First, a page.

11. An apparatus as defined in claim 9 wherein the imagefixing assembly includes an inlet chamber and an outlet chamber at either side of the central chamber along the passageway, and gasimpeding seals in the passageway of the assembly at the entrance and exit points of the inlet, central and outlet chambers, the seals being adapted to permit free passage of the film while preventing free flow of the gas therethrough said exhaust means including a vacuum means connected with the inlet and outlet chambers creating negative pressures therein to exhaust the gas leaking past the seals and thereby avoid escape of the gas into the surrounding atmosphere.

Patent Citations
Cited PatentFiling datePublication dateApplicantTitle
US2727446 *Jan 12, 1953Dec 20, 1955Kenyon Instr Company IncRecording apparatus
US3258525 *May 25, 1961Jun 28, 1966Litton Systems IncHigh speed video display apparatus
US3355293 *Feb 26, 1964Nov 28, 1967Ncr CoConversion of benzo-indolinospiropyran image to fixed red image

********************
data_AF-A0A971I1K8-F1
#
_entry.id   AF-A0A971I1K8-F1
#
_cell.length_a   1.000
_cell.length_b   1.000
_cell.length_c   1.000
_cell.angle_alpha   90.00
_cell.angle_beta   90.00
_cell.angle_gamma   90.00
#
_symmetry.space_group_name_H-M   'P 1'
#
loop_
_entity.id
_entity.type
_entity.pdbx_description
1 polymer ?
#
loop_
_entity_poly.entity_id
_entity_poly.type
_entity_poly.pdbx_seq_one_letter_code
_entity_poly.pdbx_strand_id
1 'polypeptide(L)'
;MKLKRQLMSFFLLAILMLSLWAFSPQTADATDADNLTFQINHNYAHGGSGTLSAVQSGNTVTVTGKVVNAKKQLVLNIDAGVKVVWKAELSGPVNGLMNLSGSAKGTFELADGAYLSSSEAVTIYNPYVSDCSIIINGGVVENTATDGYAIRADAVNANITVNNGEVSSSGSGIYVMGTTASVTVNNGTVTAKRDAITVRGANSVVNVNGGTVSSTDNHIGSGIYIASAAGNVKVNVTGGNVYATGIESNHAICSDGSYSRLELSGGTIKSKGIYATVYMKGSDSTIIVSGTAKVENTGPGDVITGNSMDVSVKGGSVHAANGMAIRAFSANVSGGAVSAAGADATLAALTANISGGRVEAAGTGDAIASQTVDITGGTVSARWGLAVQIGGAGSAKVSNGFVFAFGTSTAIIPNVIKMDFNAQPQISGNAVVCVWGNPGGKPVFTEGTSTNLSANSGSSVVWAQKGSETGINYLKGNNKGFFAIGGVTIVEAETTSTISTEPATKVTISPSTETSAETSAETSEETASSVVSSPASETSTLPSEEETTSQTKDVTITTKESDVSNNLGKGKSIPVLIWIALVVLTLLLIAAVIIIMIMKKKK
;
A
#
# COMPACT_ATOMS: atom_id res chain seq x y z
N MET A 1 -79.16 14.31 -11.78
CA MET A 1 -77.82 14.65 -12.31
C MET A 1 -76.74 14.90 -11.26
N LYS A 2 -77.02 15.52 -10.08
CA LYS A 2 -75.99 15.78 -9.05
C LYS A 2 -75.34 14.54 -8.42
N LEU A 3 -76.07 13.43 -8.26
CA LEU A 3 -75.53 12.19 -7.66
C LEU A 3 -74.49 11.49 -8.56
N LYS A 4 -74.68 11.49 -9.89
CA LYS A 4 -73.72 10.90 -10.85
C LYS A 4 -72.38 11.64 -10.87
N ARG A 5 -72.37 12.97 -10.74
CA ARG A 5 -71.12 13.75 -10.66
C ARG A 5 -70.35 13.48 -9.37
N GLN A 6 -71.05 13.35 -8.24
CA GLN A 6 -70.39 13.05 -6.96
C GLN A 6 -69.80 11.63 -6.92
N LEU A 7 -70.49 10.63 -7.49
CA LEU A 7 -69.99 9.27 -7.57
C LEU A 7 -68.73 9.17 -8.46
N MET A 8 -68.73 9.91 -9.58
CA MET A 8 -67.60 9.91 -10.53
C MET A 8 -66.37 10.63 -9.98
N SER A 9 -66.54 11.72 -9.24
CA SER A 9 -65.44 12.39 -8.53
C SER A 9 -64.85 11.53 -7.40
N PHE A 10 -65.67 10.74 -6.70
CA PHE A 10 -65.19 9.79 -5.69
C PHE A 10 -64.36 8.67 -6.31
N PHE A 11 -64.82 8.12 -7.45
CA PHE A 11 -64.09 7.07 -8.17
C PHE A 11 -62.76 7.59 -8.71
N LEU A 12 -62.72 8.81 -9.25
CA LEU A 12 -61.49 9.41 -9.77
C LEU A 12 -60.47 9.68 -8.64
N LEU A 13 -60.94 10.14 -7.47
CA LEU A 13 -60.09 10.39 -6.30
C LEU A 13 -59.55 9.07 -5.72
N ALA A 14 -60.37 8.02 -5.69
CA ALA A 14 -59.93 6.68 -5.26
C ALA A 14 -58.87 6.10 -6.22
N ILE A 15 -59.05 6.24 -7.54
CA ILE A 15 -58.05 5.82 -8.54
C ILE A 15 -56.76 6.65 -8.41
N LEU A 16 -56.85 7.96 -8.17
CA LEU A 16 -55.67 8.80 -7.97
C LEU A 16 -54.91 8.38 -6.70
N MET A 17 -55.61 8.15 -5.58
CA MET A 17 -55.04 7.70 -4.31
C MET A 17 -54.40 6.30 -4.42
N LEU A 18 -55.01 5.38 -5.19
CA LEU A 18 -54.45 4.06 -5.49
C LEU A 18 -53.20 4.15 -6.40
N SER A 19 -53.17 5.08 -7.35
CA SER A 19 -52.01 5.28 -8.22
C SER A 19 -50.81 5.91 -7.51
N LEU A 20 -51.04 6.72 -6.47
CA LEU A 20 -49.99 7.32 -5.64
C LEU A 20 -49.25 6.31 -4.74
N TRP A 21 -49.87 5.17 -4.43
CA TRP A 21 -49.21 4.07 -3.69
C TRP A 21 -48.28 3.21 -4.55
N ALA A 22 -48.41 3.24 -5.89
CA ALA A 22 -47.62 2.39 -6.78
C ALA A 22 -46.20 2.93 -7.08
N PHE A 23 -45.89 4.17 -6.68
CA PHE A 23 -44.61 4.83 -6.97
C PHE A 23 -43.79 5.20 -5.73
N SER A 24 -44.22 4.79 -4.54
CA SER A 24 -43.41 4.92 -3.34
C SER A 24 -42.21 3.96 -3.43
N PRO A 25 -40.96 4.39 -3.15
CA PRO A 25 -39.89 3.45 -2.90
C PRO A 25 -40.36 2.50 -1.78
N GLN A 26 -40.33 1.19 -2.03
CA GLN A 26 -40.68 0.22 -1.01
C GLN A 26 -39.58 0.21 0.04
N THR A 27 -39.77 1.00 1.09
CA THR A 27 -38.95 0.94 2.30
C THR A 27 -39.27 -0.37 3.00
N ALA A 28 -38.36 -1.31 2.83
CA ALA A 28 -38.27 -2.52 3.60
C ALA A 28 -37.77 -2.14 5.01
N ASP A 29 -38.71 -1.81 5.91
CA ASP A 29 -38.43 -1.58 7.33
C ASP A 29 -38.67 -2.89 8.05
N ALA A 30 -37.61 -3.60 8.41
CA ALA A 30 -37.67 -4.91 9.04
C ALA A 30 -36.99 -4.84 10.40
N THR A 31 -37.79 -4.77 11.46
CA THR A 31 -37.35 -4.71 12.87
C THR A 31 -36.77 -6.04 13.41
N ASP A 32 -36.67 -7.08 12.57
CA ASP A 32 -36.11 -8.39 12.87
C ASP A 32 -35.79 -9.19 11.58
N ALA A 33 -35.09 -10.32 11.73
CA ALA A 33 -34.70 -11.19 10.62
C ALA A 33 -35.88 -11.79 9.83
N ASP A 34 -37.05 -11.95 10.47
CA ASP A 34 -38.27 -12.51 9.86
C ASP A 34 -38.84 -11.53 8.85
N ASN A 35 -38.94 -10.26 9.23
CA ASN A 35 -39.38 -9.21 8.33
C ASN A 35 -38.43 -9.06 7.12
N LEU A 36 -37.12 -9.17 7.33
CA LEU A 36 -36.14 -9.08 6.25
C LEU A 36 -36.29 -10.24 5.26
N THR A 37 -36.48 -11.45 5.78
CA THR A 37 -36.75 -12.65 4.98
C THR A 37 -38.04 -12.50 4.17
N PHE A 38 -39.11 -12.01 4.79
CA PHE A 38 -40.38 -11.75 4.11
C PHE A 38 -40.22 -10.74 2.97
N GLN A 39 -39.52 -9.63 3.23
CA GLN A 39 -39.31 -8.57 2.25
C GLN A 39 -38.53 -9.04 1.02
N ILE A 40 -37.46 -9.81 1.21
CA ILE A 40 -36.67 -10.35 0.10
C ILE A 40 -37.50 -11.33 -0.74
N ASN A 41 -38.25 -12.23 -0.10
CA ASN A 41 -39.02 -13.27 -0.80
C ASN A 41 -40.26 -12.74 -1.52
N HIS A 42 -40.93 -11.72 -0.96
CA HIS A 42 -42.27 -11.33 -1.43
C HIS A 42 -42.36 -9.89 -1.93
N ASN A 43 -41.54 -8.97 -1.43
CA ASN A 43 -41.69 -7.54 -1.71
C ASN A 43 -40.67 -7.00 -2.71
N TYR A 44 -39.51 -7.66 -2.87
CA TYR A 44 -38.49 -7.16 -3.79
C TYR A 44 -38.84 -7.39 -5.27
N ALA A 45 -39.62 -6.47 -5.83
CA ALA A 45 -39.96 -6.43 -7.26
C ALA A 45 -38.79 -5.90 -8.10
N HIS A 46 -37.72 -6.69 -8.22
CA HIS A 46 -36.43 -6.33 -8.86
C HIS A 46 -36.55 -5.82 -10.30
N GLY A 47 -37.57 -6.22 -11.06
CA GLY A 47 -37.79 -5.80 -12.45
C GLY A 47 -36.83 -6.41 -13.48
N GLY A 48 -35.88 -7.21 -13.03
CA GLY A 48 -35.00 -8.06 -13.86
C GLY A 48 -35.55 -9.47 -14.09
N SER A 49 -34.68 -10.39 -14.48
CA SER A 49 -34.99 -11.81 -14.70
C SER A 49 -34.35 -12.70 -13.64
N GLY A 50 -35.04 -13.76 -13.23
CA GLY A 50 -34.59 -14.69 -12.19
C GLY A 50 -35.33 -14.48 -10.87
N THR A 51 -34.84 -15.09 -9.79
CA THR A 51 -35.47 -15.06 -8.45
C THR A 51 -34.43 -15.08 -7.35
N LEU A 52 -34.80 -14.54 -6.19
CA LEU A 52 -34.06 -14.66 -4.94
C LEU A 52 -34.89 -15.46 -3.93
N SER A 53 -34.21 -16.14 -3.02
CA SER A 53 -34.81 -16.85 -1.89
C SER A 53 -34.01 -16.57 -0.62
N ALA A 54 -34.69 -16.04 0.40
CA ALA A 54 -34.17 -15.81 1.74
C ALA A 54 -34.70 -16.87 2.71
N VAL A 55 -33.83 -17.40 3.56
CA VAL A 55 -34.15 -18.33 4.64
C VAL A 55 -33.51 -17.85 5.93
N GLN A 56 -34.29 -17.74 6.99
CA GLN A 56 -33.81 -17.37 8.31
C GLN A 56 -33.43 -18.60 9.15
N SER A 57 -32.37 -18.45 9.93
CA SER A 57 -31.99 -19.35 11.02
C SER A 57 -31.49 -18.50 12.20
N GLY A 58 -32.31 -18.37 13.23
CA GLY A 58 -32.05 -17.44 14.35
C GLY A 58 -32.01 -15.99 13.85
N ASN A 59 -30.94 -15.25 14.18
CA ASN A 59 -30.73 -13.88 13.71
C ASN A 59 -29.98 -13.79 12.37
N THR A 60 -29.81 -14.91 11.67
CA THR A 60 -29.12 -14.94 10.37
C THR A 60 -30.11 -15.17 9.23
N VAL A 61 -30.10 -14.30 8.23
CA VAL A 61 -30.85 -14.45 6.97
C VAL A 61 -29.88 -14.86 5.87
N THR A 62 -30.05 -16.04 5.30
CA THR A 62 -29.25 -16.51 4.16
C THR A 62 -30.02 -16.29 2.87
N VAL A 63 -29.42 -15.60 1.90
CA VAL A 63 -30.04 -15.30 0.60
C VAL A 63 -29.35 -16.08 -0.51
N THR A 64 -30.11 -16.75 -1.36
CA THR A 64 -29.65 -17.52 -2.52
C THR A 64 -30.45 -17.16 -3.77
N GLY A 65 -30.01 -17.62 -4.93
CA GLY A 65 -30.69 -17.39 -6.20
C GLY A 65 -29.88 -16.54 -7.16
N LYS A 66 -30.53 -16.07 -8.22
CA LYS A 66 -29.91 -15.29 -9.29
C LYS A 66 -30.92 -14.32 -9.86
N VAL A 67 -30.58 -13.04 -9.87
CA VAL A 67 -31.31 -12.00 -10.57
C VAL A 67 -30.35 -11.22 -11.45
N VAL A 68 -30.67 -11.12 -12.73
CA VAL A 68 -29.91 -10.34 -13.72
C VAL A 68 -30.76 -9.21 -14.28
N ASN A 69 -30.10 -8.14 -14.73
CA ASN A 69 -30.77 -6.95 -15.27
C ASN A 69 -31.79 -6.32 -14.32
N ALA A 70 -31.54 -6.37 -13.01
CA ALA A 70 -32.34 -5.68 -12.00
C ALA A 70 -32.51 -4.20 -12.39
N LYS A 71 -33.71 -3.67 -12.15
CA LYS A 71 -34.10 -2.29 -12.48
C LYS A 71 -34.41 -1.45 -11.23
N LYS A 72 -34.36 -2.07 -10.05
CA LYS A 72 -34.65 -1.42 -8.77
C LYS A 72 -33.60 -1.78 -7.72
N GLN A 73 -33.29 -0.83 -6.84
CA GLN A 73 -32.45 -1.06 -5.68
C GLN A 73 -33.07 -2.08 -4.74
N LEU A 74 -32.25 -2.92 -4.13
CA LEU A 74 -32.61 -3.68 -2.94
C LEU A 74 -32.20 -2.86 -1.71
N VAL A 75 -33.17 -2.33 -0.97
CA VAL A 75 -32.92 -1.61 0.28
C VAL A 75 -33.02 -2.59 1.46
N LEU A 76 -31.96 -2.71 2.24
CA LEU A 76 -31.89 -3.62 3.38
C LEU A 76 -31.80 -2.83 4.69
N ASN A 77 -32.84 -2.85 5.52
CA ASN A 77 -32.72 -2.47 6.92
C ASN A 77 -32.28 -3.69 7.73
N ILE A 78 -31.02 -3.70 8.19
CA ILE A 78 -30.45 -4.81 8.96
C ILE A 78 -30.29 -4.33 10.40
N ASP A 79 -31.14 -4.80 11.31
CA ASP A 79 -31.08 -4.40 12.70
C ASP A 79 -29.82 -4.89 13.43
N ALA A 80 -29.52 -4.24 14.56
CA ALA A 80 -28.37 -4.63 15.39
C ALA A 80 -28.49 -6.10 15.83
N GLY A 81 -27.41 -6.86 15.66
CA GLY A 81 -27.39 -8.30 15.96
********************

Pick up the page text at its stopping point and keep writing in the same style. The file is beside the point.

US3359103 *Feb 28, 1966Dec 19, 1967Ncr CoConversion of photographic photochromic image to permanent fixed chromogenic image
US3434158 *Feb 7, 1967Mar 18, 1969Honeywell IncFiber optics cathode-ray tube recorder
Referenced by
Citing PatentFiling datePublication dateApplicantTitle
US3741651 *Oct 12, 1971Jun 26, 1973Matsushita Electric Ind Co LtdRecording device
US4063226 *Dec 31, 1975Dec 13, 1977Harris CorporationOptical information storage system
US4165174 *Oct 21, 1977Aug 21, 1979Honeywell Inc.Recording apparatus
Classifications
U.S. Classification178/15, 346/135.1, 345/10, 355/30, 355/20, 365/127
International ClassificationC09K9/02, G03C5/56, G03B21/00, G02F1/17, G03B27/32, G03D13/00
Cooperative ClassificationG03B21/00
European ClassificationG03B21/00